Dolutegravir is an effective option for treating HIV infection

podzamczer (1)

A multicenter study published in Lancet compares a new drug against the AIDS virus (HIV-1), called dolutegravir, with raltegravir, another antiviral of the same family marketed since 2007. The study concludes that both drugs have the same efficacy and safety. In other studies, dolutegravir has proved superior to the reference treatment, more resistant against HIV-1 mutations. The new antiviral does not need to be promoted with other drugs and can be administered in a single daily dose. This fact makes dolutegravir an effective option for treating HIV-1 infection. Researchers at the Bellvitge Biomedical Research Institute (IDIBELL) in the Bellvitge University Hospital have participated in the study.

Both raltegravir and dolutegravir are part of the family of integrase inhibitors, a group of drugs that block an enzyme involved in the virus replication process. This group of antiretrovirals inhibits the virus more quickly, are well tolerated and have few interactions with other medicines. Raltegravir was the first drug of this family to be approved in 2007. The summer of 2012 the FDA, in the United States, approved the second one, elvitegravir, which is pending approval in Europe. It is expected that dolutegravir will be marketed in the USA during 2013.

The study involved more than 800 people who were recently infected with HIV-1. Patients who participated in the clinical trial are in hospitals around the world as part of the study SPRING-2. Bellvitge University Hospital contributed seventeen patients. Half of the participants were treated with raltegravir and half with dolutegravir. In both cases, the treatment was supplemented, as it is indicated, with two antiretroviral belonging to the inhibitors of reverse transcriptase family.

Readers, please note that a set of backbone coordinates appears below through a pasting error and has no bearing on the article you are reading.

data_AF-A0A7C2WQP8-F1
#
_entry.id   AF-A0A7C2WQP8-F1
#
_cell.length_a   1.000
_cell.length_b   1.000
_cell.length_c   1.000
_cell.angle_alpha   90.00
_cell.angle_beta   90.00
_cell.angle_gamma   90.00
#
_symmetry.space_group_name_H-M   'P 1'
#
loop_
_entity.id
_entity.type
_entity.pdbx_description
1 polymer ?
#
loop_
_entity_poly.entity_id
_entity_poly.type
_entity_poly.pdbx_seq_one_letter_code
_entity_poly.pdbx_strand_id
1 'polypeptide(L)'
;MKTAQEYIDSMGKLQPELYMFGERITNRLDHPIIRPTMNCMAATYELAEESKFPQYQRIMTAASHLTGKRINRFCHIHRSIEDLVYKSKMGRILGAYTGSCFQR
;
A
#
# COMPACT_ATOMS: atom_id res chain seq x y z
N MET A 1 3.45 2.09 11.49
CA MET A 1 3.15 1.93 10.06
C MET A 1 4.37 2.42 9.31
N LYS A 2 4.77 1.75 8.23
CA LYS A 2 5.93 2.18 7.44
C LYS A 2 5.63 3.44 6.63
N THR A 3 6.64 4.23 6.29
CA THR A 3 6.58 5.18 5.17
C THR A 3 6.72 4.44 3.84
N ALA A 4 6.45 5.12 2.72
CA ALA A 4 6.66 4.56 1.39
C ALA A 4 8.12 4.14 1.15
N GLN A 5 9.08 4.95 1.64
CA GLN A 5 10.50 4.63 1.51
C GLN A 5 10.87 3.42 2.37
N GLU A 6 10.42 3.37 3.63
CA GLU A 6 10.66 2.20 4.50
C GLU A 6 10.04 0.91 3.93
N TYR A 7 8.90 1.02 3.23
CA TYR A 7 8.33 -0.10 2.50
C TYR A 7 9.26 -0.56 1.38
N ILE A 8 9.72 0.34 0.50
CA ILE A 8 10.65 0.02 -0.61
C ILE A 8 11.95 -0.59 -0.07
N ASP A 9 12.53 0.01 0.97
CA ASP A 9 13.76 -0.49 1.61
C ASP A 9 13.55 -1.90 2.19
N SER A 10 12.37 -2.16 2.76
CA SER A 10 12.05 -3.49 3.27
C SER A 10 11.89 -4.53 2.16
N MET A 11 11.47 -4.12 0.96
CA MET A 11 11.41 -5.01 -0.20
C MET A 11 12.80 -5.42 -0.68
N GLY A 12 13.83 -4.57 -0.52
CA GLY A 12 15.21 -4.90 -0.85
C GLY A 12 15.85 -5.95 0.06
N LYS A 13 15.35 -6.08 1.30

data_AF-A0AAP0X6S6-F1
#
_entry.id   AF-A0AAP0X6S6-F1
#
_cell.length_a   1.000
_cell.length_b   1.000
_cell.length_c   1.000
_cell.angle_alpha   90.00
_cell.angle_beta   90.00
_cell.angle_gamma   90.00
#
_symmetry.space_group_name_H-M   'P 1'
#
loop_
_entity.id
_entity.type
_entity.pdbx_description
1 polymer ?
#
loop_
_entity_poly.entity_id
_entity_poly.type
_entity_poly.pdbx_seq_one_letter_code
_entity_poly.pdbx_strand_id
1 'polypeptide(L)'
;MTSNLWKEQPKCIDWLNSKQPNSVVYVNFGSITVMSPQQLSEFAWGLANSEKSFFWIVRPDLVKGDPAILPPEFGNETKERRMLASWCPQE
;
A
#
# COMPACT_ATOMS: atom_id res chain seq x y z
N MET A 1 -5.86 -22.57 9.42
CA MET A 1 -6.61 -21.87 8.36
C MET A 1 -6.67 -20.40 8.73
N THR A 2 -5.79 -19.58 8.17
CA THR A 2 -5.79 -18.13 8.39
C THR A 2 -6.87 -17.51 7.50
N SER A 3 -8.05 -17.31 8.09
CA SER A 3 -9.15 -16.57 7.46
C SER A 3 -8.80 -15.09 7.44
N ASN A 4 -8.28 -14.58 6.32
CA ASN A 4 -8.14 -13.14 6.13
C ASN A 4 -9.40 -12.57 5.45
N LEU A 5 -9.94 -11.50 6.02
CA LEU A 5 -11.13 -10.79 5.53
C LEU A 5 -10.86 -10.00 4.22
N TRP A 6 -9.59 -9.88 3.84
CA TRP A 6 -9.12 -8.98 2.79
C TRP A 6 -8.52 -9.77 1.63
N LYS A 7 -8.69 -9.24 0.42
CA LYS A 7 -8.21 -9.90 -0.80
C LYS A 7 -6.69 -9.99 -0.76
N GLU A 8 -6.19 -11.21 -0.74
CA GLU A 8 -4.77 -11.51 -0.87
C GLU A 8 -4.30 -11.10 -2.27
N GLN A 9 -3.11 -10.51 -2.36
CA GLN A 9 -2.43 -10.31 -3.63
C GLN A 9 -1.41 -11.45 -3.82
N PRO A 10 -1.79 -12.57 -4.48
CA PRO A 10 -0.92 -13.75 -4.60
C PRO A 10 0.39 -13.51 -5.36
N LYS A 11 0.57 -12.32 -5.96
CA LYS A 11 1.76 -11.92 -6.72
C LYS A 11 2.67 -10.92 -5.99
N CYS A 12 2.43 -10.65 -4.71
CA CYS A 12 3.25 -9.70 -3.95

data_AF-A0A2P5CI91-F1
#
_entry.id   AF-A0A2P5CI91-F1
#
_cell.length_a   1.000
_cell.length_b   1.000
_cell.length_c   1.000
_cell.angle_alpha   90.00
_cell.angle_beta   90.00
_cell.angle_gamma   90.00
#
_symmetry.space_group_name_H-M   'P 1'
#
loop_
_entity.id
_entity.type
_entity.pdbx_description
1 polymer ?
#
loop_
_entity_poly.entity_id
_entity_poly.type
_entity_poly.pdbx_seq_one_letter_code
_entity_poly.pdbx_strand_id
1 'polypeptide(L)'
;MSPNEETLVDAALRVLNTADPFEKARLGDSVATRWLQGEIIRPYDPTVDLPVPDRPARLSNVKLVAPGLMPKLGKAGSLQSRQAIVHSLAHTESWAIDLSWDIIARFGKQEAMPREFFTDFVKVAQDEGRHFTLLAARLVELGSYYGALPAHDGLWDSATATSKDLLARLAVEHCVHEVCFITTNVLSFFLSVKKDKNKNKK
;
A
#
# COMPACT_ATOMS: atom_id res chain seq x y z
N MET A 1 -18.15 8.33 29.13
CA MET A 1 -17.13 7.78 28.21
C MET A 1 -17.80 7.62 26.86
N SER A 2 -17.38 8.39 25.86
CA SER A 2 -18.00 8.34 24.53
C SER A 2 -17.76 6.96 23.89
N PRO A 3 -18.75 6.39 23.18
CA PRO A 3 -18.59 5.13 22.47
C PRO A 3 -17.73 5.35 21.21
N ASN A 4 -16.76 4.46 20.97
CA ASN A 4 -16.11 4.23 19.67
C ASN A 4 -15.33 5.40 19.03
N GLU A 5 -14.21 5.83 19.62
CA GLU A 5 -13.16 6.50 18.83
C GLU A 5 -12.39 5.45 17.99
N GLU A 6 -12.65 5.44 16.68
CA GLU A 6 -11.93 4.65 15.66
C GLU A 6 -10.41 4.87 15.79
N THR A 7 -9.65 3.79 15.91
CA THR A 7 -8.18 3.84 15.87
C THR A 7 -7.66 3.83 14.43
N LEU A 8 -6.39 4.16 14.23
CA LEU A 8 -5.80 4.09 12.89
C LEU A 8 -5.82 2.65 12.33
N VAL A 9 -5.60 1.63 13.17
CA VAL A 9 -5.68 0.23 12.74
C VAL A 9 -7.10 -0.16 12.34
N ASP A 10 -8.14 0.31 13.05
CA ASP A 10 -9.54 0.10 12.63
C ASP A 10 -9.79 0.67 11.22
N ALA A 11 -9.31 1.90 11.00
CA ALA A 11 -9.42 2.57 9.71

Treatment response was similar in both cases, both in terms of efficacy and side effects. The Director of the HIV/AIDS Program at the Infectious Diseases Service of the Bellvitge University Hospital and IDIBELL researcher, Daniel Podzamczer, stresses that dolutegravir can be administered in a single daily pill, while the daily dose of raltegravir has to be divided in two tablets. Podzamczer stresses that, unlike elvitegravir, “dolutegravir does not need to be boosted with ritonavir [antiretroviral used in low doses to boost the effects of other HIV drugs] nor cobicistat and seems to have a higher genetic barrier than the other two drugs family, which means that it would take more mutations in the virus to become resistant.”

Dolutegravir is administered with other antiretroviral agents, and it is expected to be sold in a single tablet. However, the editorial accompanying the article speculates that dolutegravir could become effective without combining it with other antiretrovirals, so it could become the first integrase inhibitor administered as monotherapy, which could significantly reduce side effects and cost. Still, however, there is insufficient evidence to suggest this possibility.

Raffi F, Rachlis A, Stellbrink HJ, Hardy WD, Torti C, Orkin C, Bloch M, Podzamczer D*, Pokrovsky V, Pulido F, Almond S, Margolis D, Brennan C, Min S; on behalf of the SPRING-2 study group. Once-daily dolutegravir versus raltegravir in antiretroviral-naive adults with HIV-1 infection: 48 week results from the randomised, double-blind, non-inferiority SPRING-2 study. Lancet. 2013 Jan 7. pii: S0140-6736(12)61853-4. doi: 10.1016/S0140-6736(12)61853-4. [Epub ahead of print]

*Investigador de l’IDIBELL a l’Hospital Universitari de Bellvitge.

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